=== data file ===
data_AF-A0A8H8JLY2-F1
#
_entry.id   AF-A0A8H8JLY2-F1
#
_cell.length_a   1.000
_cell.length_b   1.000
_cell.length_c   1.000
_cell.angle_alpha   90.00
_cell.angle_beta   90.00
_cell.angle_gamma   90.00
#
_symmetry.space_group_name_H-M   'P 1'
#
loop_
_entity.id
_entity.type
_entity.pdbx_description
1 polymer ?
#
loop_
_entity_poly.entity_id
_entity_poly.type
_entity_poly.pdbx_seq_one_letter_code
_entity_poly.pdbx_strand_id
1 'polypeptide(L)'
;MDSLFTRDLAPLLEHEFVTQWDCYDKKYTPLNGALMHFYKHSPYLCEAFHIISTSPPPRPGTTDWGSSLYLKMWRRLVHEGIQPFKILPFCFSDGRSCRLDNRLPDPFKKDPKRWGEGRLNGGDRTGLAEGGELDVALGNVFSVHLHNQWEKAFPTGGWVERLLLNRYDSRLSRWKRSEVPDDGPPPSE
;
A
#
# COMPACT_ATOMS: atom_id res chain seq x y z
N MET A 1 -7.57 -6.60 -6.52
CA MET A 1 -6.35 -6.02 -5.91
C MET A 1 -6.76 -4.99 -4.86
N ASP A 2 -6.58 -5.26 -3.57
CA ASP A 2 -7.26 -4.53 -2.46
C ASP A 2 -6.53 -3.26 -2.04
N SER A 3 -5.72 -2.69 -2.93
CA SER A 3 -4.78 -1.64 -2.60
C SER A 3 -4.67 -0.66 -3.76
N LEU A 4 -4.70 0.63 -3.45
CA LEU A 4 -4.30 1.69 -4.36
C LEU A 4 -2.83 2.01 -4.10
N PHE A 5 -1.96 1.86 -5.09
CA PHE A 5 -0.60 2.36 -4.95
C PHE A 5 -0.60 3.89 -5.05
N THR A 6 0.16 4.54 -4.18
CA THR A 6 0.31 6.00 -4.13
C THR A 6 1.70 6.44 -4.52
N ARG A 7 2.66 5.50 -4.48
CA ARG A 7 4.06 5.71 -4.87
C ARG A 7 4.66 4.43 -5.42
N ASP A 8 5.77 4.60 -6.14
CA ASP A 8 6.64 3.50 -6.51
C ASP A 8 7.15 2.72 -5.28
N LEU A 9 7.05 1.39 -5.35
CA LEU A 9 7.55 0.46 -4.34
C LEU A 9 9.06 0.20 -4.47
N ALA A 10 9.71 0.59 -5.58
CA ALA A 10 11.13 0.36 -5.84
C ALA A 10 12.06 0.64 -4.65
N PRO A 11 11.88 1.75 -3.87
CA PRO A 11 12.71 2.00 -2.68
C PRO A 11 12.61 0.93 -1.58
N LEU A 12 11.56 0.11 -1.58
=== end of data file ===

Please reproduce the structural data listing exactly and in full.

data_AF-A0A8H8JLY2-F1
#
_entry.id   AF-A0A8H8JLY2-F1
#
_cell.length_a   1.000
_cell.length_b   1.000
_cell.length_c   1.000
_cell.angle_alpha   90.00
_cell.angle_beta   90.00
_cell.angle_gamma   90.00
#
_symmetry.space_group_name_H-M   'P 1'
#
loop_
_entity.id
_entity.type
_entity.pdbx_description
1 polymer ?
#
loop_
_entity_poly.entity_id
_entity_poly.type
_entity_poly.pdbx_seq_one_letter_code
_entity_poly.pdbx_strand_id
1 'polypeptide(L)'
;MDSLFTRDLAPLLEHEFVTQWDCYDKKYTPLNGALMHFYKHSPYLCEAFHIISTSPPPRPGTTDWGSSLYLKMWRRLVHEGIQPFKILPFCFSDGRSCRLDNRLPDPFKKDPKRWGEGRLNGGDRTGLAEGGELDVALGNVFSVHLHNQWEKAFPTGGWVERLLLNRYDSRLSRWKRSEVPDDGPPPSE
;
A
#
# COMPACT_ATOMS: atom_id res chain seq x y z
N MET A 1 -7.57 -6.60 -6.52
CA MET A 1 -6.35 -6.02 -5.91
C MET A 1 -6.76 -4.99 -4.86
N ASP A 2 -6.58 -5.26 -3.57
CA ASP A 2 -7.26 -4.53 -2.46
C ASP A 2 -6.53 -3.26 -2.04
N SER A 3 -5.72 -2.69 -2.93
CA SER A 3 -4.78 -1.64 -2.60
C SER A 3 -4.67 -0.66 -3.76
N LEU A 4 -4.70 0.63 -3.45
CA LEU A 4 -4.30 1.69 -4.36
C LEU A 4 -2.83 2.01 -4.10
N PHE A 5 -1.96 1.86 -5.09
CA PHE A 5 -0.60 2.36 -4.95
C PHE A 5 -0.60 3.89 -5.05
N THR A 6 0.16 4.54 -4.18
CA THR A 6 0.31 6.00 -4.13
C THR A 6 1.70 6.44 -4.52
N ARG A 7 2.66 5.50 -4.48
CA ARG A 7 4.06 5.71 -4.87
C ARG A 7 4.66 4.43 -5.42
N ASP A 8 5.77 4.60 -6.14
CA ASP A 8 6.64 3.50 -6.51
C ASP A 8 7.15 2.72 -5.28
N LEU A 9 7.05 1.39 -5.35
CA LEU A 9 7.55 0.46 -4.34
C LEU A 9 9.06 0.20 -4.47
N ALA A 10 9.71 0.59 -5.58
CA ALA A 10 11.13 0.36 -5.84
C ALA A 10 12.06 0.64 -4.65
N PRO A 11 11.88 1.75 -3.87
CA PRO A 11 12.71 2.00 -2.68
C PRO A 11 12.61 0.93 -1.58
N LEU A 12 11.56 0.11 -1.58